In FIG. 2, a typical simplified oscillatory circuit for driving an electro-acoustic converter 38, is shown in conjunction with a preferred embodiment of the invention. The switching transistor 10 drives the converter 38 in a conventional manner, see U.S. Pat. No. 3,432,691 by A. Shoh, dated Mar. 11, 1969. The collector voltage is conducted along conductor 16 to a capacitor 40 from which it is conducted to the cathode of a 24-volt zener diode 42 which causes the output of the voltage limiter 14 to be a square wave with a 24 volt peak to peak amplitude. The base electrode 18 of the transistor 10 is coupled to the variable inductor 44 contained in the tuned circuit 22. The circuit is tuned to the desired frequency by proper selection of the inductor 44 and capacitor 46.
The voltage signal along conductor 24 is a 20 volt peak to peak, 20 kHz sinousoidal waveform. The inductor 44 is adjustable for varying the phase angle of the sinousoidal signal with reference to the collector voltage waveform. The phase angle shift will cause the switch 26 to turn on and turn off at different times, thereby affecting the overlap interval and changing the width of the pulses shown in FIG. 3, trace f. It is apparent that by adjusting the inductor 44 the direct current voltage at the output of the integrator circuit 32 is changed and, therefore, the amount of permissible power dissipated in transistor 10 before inhibiting the oscillatory circuit is varied. In this manner, the transistor 10 is capable of providing increased power to the converter 38. In prior embodiments, the switching transistor 10 was designed to operate at a condition for providing less power to the converter 38 and for dissipating less power to allow for large load variations. The present invention permits the transistor 10 to be operated at a higher power condition since load variations, specifically overload conditions, will cause the oscillatory circuit to be turned off prior to a failure of the switching transistor 10.
By proper biasing of the transistor switch 48, a square wave will be apparent at the collector electrode of the transistor 48 responsive to the signal along conductor 24. The square wave output of switch 26 is conducted via a resistor 52 to the base electrode of a p-n-p transistor 50 in overlap circuit 28. The square wave output from voltage limiter 14 is conducted to the emitter electrode of transistor 50. The transistor will conduct current to diode 54 only when the emitter electrode of transistor 50 is at a higher potential than the base electrode of transistor 50. That is, when the voltage at the collector electrode of transistor 10 is in its high condition and the sinousoidal signal along conductor 24 is also in its high condition responsive to collector current flowing in transistor 10. In this case, a current flows through diode 54, through resistor 56 and charges capacitor 58. While the waveform in FIG. 3, trace f shows wide periods of overlap, in actual operation the pulse width is typically very narrow, approximately a spike, which is then integrated by capacitor 58.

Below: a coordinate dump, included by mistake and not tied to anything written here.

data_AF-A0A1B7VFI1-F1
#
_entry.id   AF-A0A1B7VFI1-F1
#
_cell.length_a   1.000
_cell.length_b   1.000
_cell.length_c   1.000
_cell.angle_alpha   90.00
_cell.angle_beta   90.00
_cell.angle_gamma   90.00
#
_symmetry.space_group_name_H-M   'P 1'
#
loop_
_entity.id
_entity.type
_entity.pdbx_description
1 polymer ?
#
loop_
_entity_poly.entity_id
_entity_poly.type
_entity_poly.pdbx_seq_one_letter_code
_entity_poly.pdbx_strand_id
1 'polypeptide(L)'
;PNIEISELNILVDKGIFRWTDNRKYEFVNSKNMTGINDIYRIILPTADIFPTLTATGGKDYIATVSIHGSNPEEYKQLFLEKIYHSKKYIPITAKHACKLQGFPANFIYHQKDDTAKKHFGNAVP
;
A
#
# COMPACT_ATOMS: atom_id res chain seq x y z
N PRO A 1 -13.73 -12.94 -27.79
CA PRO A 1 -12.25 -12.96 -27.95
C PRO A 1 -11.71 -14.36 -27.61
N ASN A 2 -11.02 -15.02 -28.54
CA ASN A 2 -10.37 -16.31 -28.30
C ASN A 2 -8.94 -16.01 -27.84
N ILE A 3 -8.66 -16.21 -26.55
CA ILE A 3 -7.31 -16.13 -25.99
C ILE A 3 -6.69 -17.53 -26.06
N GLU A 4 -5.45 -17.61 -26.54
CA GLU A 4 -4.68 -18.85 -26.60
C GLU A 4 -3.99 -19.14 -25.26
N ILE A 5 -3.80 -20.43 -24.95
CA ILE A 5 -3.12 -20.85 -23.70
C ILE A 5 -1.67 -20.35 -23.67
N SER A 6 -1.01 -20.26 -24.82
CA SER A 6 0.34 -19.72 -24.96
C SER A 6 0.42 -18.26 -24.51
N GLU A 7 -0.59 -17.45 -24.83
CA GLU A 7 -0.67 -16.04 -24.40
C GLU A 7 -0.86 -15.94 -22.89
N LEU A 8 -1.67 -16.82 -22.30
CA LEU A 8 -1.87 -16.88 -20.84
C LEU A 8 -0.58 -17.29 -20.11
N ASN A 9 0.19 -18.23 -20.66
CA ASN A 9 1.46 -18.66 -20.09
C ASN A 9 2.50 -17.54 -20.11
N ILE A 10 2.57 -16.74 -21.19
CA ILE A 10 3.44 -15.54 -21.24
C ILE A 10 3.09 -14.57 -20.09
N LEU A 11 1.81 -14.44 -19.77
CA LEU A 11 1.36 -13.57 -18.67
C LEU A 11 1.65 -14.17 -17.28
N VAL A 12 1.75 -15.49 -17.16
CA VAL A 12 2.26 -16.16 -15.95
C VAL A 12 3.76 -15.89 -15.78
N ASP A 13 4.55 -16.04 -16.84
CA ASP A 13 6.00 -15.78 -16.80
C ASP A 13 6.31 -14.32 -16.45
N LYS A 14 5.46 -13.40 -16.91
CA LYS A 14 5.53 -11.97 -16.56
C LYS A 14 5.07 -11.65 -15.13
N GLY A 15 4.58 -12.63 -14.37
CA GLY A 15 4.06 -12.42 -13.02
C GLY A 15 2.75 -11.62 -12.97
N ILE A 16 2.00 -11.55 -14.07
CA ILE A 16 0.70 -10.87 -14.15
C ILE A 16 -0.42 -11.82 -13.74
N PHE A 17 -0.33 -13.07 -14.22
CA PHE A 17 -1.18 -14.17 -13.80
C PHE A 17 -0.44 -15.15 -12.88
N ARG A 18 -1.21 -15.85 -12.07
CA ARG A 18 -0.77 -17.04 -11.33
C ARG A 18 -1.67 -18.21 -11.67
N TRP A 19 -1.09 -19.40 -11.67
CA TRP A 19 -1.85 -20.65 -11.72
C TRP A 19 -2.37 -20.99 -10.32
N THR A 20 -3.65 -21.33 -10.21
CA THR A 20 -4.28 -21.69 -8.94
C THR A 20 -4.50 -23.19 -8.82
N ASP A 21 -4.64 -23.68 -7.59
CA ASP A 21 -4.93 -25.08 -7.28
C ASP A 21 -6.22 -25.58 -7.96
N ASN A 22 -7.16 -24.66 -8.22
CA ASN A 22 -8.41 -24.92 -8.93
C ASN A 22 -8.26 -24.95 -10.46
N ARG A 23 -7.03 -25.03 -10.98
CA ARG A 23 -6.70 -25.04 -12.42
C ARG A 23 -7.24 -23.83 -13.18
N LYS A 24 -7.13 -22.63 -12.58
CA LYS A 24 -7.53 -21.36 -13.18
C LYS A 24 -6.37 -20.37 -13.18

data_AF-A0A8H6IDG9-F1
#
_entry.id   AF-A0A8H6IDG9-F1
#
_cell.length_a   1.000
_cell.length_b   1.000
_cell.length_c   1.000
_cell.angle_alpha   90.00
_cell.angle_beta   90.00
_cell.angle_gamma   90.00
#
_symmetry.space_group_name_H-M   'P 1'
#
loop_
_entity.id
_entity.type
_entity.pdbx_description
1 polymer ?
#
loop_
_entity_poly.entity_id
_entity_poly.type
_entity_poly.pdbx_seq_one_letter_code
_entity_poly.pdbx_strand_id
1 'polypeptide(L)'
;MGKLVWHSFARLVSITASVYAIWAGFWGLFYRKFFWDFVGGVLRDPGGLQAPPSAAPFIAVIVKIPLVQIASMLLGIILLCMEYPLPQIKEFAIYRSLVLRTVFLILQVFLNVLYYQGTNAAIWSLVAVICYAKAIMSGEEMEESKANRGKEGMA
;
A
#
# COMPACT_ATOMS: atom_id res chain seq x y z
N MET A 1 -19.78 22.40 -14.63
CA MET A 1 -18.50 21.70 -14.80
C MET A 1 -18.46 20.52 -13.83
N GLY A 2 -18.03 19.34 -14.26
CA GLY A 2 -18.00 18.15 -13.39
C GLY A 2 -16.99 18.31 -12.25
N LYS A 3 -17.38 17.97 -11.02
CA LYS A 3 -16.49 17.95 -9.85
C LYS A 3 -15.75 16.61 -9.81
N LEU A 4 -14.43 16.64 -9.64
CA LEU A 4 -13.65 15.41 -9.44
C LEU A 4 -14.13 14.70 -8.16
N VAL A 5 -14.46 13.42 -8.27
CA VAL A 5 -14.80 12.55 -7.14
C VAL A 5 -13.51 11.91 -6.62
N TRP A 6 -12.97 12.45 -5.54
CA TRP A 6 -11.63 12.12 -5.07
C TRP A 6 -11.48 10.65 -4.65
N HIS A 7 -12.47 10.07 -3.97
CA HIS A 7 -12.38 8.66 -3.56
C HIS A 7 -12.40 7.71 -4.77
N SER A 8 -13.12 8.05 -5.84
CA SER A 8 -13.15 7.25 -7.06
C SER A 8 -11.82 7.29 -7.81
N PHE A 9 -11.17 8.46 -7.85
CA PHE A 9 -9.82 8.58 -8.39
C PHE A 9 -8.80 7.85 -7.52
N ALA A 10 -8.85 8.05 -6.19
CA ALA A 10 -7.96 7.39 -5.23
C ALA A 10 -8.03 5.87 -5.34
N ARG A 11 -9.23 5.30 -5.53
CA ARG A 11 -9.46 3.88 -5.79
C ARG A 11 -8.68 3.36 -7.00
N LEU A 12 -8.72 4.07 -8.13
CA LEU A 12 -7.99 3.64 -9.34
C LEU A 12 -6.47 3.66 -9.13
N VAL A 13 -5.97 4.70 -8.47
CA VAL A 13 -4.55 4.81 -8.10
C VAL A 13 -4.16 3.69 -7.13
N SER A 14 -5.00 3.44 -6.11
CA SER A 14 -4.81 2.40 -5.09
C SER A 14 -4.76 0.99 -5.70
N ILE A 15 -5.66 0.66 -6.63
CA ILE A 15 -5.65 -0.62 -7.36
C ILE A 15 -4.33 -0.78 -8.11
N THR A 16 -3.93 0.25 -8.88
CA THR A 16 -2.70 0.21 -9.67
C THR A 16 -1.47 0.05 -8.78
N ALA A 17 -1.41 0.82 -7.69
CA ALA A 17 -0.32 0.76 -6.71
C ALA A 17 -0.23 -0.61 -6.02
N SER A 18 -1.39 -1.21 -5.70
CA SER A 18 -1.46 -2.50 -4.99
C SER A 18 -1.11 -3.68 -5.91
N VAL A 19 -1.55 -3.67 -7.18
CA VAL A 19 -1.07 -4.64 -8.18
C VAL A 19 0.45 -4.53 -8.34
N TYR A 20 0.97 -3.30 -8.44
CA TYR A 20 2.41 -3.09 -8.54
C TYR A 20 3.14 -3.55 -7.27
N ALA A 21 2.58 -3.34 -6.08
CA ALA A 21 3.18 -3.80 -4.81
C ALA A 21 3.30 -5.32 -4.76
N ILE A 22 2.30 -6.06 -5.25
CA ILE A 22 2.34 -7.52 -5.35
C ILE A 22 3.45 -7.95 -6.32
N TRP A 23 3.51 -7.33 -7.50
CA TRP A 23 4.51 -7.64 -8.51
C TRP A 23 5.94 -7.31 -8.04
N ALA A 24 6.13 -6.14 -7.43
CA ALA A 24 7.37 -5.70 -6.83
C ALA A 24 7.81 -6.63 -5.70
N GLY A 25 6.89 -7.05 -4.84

In the event that the square wave voltage signal at either the emitter electrode or the base electrode of the transistor 50 is of reduced amplitude or absent, i.e. a direct current signal is apparent due to a failure of the switching transistor 10 or the overload protection circuit, the transistor 50 will conduct current to the diode 54 which wll charge the capacitor 58.
When the direct current voltage at the capacitor 58 exceeds the sum of the base-emitter junction voltage of transistor 60 and the peak point voltage, Vp, of the programmable unijunction transistor 61, current flows from the positive direct current power supply +V' through the programmable unijunction transistor 61 and along conductor 66. The peak point voltage is achieved when the gate 59 is maintained at a constant voltage potential, V gate, and the anode 63 voltage exceeds the constant gate 59 voltage by one diode forward voltage drop. In the present example, the constant voltage between the gate 59 and the voltage V- may be expressed as a ratio of the resistance of resistors 62 and 64. ##EQU1## The current flowing along conductor 66 is indicative of an overload condition and the current signal is processed for turning off the oscillatory circuit.
The signal along conductor 66 may be coupled to logic circuits, a relay, a switch, etc. for interrupting the power lines, the direct current voltage to the oscillatory circuit, etc. In a preferred mode of turning off the oscillatory circuit, an electrical circuit as shown in FIG. 4 is coupled to the conductor 66 and the transformer 68 of the oscillatory circuit for causing a shorted secondary winding 92 on the transformer 68, thereby turning off the oscillatory circuit.